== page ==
Turning to assessment, “To date, not much is known about which aspects guide assessors’ decisions when using comparative methods” (Lesterhuis et al., 2018, p.3). Previous research investigating the validity of CJ decision-making has mostly utilised decision statements (Whitehouse, 2012; Lesterhuis et al., 2018; van Daal et al., 2019), and to our knowledge, there is only one experimental study (Bramley, 2009). A discussion of these studies will follow.

Decision statements are post-decision judge reflections “explaining or justifying their choice for one text over the other” (Lesterhuis et al., 2018, p.5), and they help to shed light on the criteria judges use. In a study using decision statements to explore the validity of CJ decision-making in academic writing, van Daal et al. (2019) investigated whether there was full construct representation in the final rank order of essays. They found that, while the full construct was represented overall, representation did vary by judge. In addition, they found that additional construct-relevant dimensions were reported, suggesting that judges were drawing on their expertise. Lesterhuis et al. (2018) found that teachers considered wide ranging and multiple aspects of the text when investigating which aspects are important for teachers when making a CJ decision on argumentative texts. The teachers also paid great attention to more complex higher-order aspects of text quality. Interestingly, not all aspects were covered in each decision, suggesting some construct under-representation. The judges in this study also appeared to be utilising their experience. In a study involving teachers comparing geography essays, Whitehouse (2012) found that decision statements used the language contained in the assessment objectives and mark schemes. The judges would have been familiar with these mark schemes in their roles as teachers or examiners in the subject; Whitehouse speculated that this resulted in the creation of “their own shared construct” (p.12), which they used to make their decisions.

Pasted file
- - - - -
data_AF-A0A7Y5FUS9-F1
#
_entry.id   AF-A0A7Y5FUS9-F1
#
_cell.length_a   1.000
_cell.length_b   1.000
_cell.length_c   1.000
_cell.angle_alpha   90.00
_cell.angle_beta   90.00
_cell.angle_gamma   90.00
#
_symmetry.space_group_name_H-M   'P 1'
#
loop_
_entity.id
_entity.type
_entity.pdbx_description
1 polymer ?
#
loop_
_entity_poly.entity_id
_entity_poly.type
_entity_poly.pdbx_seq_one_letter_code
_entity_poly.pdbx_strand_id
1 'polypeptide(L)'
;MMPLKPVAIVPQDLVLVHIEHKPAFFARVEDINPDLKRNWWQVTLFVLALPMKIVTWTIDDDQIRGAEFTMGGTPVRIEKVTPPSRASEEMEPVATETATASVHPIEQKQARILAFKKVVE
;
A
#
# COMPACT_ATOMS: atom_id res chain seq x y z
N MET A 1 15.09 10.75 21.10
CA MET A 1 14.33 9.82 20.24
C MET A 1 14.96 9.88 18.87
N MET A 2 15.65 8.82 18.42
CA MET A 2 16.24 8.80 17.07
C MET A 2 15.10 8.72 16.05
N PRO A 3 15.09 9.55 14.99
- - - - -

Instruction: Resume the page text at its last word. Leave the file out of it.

These three studies suggest that judges attended to multiple and varied construct-relevant aspects when making holistic decisions, and that they drew on their experience and shared construct. There are, however, limitations acknowledged by these authors in the use of specific research contexts and whether the method used fully elicited the entire range of aspects actually attended to. In addition, as with all self-report measures, there is a danger that judges may deliberately not report everything (e.g., as they know it is construct-irrelevant) or they may not know or be able to verbalise what they attended to.

Bramley (2009) attempted to circumnavigate these methodological issues by conducting a controlled experiment. He prepared different versions of chemistry scripts, where each pair of scripts differed with respect to only one potentially construct-irrelevant feature. In total, four features were manipulated across 40 pairs of scripts: (i) the quality of written English; (ii) the proportion of missing as opposed to incorrect responses; (iii) the profile of marks in terms of fit to the Rasch model; and (iv) the proportion of marks gained on the subset of questions testing “good chemistry.” These were then ranked by judges as part of a CJ exercise. The CJ script quality measures of the two versions were then compared to assess whether the feature in question influenced judgements. The method was successful in identifying that the largest effects were obtained for the following features: (ii) scripts with missing responses were ranked lower on average than those with incorrect responses and (iv) scripts with a higher proportion of good chemistry items were ranked higher on average than those with a lower proportion.